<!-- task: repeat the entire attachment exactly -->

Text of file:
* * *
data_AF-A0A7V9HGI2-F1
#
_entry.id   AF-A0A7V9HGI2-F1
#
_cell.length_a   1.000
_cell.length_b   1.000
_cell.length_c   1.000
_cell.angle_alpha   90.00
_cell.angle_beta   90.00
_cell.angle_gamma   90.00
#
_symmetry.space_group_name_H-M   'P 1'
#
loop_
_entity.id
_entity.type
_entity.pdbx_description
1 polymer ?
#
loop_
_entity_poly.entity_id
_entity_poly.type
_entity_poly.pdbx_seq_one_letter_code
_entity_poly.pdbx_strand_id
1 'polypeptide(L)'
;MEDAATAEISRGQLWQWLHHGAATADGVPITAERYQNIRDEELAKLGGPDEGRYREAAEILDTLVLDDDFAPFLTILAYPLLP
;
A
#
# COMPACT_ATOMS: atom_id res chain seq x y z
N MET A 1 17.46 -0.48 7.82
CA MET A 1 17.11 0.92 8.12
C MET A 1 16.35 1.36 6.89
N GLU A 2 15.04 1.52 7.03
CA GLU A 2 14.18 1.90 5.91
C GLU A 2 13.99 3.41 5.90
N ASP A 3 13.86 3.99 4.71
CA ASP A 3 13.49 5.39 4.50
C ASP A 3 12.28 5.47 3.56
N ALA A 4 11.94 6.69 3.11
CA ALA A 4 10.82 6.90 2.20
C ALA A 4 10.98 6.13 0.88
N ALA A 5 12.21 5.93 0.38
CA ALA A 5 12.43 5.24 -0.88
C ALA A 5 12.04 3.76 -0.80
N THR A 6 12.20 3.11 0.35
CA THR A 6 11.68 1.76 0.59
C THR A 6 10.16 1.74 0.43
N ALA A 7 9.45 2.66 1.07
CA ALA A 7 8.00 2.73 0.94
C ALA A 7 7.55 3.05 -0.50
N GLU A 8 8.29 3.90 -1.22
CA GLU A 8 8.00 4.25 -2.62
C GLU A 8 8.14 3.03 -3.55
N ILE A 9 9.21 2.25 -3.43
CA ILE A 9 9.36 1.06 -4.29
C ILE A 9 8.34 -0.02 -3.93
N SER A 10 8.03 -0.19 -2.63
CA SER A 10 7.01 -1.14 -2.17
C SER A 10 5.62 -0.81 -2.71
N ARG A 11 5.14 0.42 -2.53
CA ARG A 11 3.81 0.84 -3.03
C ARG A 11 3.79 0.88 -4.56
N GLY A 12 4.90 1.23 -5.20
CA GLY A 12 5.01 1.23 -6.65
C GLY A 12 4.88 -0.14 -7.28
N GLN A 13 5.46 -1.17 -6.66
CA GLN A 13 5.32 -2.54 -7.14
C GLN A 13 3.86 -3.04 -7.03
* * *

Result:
data_AF-A0A7V9HGI2-F1
#
_entry.id   AF-A0A7V9HGI2-F1
#
_cell.length_a   1.000
_cell.length_b   1.000
_cell.length_c   1.000
_cell.angle_alpha   90.00
_cell.angle_beta   90.00
_cell.angle_gamma   90.00
#
_symmetry.space_group_name_H-M   'P 1'
#
loop_
_entity.id
_entity.type
_entity.pdbx_description
1 polymer ?
#
loop_
_entity_poly.entity_id
_entity_poly.type
_entity_poly.pdbx_seq_one_letter_code
_entity_poly.pdbx_strand_id
1 'polypeptide(L)'
;MEDAATAEISRGQLWQWLHHGAATADGVPITAERYQNIRDEELAKLGGPDEGRYREAAEILDTLVLDDDFAPFLTILAYPLLP
;
A
#
# COMPACT_ATOMS: atom_id res chain seq x y z
N MET A 1 17.46 -0.48 7.82
CA MET A 1 17.11 0.92 8.12
C MET A 1 16.35 1.36 6.89
N GLU A 2 15.04 1.52 7.03
CA GLU A 2 14.18 1.90 5.91
C GLU A 2 13.99 3.41 5.90
N ASP A 3 13.86 3.99 4.71
CA ASP A 3 13.49 5.39 4.50
C ASP A 3 12.28 5.47 3.56
N ALA A 4 11.94 6.69 3.11
CA ALA A 4 10.82 6.90 2.20
C ALA A 4 10.98 6.13 0.88
N ALA A 5 12.21 5.93 0.38
CA ALA A 5 12.43 5.24 -0.88
C ALA A 5 12.04 3.76 -0.80
N THR A 6 12.20 3.11 0.35
CA THR A 6 11.68 1.76 0.59
C THR A 6 10.16 1.74 0.43
N ALA A 7 9.45 2.66 1.07
CA ALA A 7 8.00 2.73 0.94
C ALA A 7 7.55 3.05 -0.50
N GLU A 8 8.29 3.90 -1.22
CA GLU A 8 8.00 4.25 -2.62
C GLU A 8 8.14 3.03 -3.55
N ILE A 9 9.21 2.25 -3.43
CA ILE A 9 9.36 1.06 -4.29
C ILE A 9 8.34 -0.02 -3.93
N SER A 10 8.03 -0.19 -2.63
CA SER A 10 7.01 -1.14 -2.17
C SER A 10 5.62 -0.81 -2.71
N ARG A 11 5.14 0.42 -2.53
CA ARG A 11 3.81 0.84 -3.03
C ARG A 11 3.79 0.88 -4.56
N GLY A 12 4.90 1.23 -5.20
CA GLY A 12 5.01 1.23 -6.65
C GLY A 12 4.88 -0.14 -7.28
N GLN A 13 5.46 -1.17 -6.66
CA GLN A 13 5.32 -2.54 -7.14
C GLN A 13 3.86 -3.04 -7.03